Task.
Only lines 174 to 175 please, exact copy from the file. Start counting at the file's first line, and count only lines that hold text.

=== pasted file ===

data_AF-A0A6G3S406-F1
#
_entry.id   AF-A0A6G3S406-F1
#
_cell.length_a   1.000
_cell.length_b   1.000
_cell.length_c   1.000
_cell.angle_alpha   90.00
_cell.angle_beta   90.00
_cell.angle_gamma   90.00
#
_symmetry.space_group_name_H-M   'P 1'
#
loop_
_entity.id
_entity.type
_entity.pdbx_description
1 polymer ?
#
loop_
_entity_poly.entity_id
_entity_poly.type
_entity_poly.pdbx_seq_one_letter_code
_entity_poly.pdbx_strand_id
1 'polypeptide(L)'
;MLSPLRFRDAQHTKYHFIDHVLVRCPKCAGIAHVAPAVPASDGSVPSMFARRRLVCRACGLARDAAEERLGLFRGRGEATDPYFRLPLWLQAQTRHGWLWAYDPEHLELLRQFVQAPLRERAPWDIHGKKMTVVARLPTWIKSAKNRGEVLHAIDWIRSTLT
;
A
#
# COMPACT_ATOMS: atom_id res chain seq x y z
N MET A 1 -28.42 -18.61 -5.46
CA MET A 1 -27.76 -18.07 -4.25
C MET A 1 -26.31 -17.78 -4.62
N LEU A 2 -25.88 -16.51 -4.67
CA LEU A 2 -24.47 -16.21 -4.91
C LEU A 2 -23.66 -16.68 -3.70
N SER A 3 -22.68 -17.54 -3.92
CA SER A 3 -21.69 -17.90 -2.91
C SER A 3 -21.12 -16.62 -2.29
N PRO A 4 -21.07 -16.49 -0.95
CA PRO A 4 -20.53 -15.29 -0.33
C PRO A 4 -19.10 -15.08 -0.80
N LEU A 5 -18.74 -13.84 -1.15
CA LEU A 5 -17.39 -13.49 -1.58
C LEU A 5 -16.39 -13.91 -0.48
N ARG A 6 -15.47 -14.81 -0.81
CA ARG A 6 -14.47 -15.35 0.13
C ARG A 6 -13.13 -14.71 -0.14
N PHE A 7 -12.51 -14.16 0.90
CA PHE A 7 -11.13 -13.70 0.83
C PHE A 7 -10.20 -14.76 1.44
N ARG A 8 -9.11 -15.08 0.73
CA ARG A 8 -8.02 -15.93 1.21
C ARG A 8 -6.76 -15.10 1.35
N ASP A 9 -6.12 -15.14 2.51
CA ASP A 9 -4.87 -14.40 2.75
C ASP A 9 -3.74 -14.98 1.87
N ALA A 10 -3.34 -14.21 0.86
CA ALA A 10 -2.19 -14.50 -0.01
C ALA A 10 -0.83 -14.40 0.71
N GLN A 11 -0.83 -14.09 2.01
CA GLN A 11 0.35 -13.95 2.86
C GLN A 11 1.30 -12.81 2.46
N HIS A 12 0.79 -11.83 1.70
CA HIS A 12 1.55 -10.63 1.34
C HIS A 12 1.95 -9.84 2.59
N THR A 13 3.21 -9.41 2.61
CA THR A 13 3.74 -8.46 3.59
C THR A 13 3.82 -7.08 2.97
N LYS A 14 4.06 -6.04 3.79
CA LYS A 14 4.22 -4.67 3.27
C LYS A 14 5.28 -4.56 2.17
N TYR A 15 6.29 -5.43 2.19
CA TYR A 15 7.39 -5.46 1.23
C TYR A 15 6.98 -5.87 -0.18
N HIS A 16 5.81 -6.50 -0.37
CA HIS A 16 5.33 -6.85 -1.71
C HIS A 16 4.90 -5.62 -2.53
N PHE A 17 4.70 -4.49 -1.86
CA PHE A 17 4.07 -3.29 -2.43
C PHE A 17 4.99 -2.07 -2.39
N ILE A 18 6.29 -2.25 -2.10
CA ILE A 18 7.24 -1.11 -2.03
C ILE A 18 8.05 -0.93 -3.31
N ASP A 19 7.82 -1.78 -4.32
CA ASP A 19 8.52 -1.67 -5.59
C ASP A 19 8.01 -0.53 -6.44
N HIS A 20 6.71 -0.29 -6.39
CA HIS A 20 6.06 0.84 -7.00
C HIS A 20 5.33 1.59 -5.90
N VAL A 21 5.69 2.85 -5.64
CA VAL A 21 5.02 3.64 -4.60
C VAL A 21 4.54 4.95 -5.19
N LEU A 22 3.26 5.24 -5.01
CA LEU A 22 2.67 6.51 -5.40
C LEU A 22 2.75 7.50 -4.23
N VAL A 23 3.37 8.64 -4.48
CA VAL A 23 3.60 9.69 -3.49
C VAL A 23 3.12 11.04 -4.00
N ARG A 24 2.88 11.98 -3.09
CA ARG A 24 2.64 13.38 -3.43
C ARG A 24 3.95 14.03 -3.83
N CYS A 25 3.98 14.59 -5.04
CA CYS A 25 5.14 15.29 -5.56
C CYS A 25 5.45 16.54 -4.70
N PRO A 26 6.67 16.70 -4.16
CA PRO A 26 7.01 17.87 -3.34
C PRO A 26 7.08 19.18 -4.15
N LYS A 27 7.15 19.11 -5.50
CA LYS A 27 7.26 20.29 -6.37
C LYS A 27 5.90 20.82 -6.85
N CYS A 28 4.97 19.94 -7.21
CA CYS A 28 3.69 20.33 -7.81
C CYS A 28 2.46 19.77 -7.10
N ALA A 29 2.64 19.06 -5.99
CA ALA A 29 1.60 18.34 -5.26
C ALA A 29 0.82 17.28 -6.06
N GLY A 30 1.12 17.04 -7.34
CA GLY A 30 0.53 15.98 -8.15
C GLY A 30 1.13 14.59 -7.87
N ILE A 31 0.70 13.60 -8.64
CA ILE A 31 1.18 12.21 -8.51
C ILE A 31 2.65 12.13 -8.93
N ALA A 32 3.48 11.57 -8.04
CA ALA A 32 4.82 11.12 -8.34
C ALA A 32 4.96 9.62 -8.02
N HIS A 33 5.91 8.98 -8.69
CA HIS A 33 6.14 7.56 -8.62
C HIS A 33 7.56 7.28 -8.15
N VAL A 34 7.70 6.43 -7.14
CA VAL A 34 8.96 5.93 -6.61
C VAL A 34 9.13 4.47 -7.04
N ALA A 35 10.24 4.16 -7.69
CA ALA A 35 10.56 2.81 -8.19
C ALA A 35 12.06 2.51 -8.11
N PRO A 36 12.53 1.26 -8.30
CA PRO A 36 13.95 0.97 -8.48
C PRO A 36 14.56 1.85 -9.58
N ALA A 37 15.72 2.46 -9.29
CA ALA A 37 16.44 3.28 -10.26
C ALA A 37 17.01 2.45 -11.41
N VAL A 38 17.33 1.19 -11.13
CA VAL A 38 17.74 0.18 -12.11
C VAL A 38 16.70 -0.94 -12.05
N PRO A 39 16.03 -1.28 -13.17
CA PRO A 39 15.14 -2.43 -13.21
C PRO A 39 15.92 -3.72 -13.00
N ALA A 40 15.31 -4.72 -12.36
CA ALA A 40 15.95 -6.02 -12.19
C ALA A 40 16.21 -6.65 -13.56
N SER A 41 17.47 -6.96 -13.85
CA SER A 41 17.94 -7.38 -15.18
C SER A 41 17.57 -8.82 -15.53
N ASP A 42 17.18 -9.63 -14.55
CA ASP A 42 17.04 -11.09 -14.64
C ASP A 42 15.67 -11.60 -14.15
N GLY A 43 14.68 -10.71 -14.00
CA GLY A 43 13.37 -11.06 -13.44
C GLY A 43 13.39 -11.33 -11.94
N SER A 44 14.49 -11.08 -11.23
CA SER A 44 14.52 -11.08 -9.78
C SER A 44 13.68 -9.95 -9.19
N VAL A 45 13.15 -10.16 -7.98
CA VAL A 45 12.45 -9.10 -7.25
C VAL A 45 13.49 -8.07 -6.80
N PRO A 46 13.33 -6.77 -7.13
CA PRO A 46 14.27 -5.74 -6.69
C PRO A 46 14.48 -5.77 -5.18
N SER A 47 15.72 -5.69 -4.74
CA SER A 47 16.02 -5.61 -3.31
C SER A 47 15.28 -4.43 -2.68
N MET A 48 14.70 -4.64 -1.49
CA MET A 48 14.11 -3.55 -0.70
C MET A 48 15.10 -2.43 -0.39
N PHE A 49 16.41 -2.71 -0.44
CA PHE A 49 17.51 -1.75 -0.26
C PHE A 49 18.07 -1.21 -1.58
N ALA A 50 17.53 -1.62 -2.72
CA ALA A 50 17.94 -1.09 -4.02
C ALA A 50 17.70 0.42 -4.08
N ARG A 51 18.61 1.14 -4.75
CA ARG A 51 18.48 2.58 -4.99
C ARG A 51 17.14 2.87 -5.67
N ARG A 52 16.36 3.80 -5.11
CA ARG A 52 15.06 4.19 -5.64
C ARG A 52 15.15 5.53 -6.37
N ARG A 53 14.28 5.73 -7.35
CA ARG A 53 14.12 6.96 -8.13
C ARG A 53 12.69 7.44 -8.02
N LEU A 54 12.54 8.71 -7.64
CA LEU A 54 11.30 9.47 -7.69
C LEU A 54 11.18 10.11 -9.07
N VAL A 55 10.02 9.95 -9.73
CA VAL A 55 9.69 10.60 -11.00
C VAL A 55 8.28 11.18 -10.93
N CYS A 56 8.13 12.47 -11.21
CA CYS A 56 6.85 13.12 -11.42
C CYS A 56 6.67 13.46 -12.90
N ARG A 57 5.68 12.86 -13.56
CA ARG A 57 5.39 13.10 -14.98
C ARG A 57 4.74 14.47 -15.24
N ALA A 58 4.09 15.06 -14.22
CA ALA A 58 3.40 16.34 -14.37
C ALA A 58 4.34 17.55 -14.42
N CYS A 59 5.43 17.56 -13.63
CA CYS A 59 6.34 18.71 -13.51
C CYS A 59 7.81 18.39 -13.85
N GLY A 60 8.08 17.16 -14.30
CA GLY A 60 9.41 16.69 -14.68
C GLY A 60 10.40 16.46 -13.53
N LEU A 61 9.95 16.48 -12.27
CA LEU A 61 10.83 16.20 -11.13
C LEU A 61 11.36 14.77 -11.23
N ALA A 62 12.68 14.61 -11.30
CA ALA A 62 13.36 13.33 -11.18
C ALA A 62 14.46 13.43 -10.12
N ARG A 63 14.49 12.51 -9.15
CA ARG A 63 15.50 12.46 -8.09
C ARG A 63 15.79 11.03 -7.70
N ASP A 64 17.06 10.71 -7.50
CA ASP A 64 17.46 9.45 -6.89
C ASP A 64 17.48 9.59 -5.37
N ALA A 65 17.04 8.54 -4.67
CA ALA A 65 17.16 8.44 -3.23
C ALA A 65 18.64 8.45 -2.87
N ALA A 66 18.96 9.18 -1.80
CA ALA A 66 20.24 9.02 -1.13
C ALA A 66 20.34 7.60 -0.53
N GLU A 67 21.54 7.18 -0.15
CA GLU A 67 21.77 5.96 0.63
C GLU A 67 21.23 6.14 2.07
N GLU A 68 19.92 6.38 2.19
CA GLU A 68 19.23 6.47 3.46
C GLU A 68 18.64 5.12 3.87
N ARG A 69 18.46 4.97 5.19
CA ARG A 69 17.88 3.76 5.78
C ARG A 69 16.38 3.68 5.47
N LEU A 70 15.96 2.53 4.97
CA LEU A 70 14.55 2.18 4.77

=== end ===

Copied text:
C MET A 48 15.10 -2.43 -0.39
N PHE A 49 16.41 -2.71 -0.44